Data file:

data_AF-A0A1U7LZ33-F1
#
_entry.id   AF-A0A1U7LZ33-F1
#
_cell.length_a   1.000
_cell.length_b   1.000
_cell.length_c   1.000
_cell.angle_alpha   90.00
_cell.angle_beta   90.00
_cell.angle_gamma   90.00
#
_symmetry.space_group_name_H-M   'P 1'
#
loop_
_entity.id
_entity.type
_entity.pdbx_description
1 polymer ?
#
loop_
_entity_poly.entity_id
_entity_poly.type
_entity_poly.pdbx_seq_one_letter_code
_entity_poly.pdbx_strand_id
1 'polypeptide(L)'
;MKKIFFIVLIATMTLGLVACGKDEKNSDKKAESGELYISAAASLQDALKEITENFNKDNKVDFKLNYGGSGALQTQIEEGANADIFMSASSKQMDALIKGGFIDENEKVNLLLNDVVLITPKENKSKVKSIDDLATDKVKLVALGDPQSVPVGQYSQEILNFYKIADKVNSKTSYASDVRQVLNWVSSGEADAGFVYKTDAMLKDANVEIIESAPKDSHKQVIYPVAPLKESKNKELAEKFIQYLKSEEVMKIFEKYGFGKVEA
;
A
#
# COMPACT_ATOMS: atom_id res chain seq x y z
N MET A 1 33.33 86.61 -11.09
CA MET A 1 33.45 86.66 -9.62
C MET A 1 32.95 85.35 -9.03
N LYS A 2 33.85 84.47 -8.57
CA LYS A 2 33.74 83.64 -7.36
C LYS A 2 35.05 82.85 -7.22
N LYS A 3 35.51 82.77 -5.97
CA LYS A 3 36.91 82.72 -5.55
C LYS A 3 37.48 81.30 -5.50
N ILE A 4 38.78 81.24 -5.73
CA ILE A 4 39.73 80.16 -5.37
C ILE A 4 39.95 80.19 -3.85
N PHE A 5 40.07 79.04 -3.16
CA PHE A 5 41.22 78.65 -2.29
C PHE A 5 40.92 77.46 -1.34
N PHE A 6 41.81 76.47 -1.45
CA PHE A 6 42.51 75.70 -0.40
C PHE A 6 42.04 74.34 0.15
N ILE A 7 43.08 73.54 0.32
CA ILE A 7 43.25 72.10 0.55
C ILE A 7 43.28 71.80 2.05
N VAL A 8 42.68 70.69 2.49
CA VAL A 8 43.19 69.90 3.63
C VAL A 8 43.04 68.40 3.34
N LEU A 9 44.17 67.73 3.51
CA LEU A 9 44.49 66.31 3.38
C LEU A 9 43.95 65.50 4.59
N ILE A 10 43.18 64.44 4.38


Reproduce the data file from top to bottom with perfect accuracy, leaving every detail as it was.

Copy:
data_AF-A0A1U7LZ33-F1
#
_entry.id   AF-A0A1U7LZ33-F1
#
_cell.length_a   1.000
_cell.length_b   1.000
_cell.length_c   1.000
_cell.angle_alpha   90.00
_cell.angle_beta   90.00
_cell.angle_gamma   90.00
#
_symmetry.space_group_name_H-M   'P 1'
#
loop_
_entity.id
_entity.type
_entity.pdbx_description
1 polymer ?
#
loop_
_entity_poly.entity_id
_entity_poly.type
_entity_poly.pdbx_seq_one_letter_code
_entity_poly.pdbx_strand_id
1 'polypeptide(L)'
;MKKIFFIVLIATMTLGLVACGKDEKNSDKKAESGELYISAAASLQDALKEITENFNKDNKVDFKLNYGGSGALQTQIEEGANADIFMSASSKQMDALIKGGFIDENEKVNLLLNDVVLITPKENKSKVKSIDDLATDKVKLVALGDPQSVPVGQYSQEILNFYKIADKVNSKTSYASDVRQVLNWVSSGEADAGFVYKTDAMLKDANVEIIESAPKDSHKQVIYPVAPLKESKNKELAEKFIQYLKSEEVMKIFEKYGFGKVEA
;
A
#
# COMPACT_ATOMS: atom_id res chain seq x y z
N MET A 1 33.33 86.61 -11.09
CA MET A 1 33.45 86.66 -9.62
C MET A 1 32.95 85.35 -9.03
N LYS A 2 33.85 84.47 -8.57
CA LYS A 2 33.74 83.64 -7.36
C LYS A 2 35.05 82.85 -7.22
N LYS A 3 35.51 82.77 -5.97
CA LYS A 3 36.91 82.72 -5.55
C LYS A 3 37.48 81.30 -5.50
N ILE A 4 38.78 81.24 -5.73
CA ILE A 4 39.73 80.16 -5.37
C ILE A 4 39.95 80.19 -3.85
N PHE A 5 40.07 79.04 -3.16
CA PHE A 5 41.22 78.65 -2.29
C PHE A 5 40.92 77.46 -1.34
N PHE A 6 41.81 76.47 -1.45
CA PHE A 6 42.51 75.70 -0.40
C PHE A 6 42.04 74.34 0.15
N ILE A 7 43.08 73.54 0.32
CA ILE A 7 43.25 72.10 0.55
C ILE A 7 43.28 71.80 2.05
N VAL A 8 42.68 70.69 2.49
CA VAL A 8 43.19 69.90 3.63
C VAL A 8 43.04 68.40 3.34
N LEU A 9 44.17 67.73 3.51
CA LEU A 9 44.49 66.31 3.38
C LEU A 9 43.95 65.50 4.59
N ILE A 10 43.18 64.44 4.38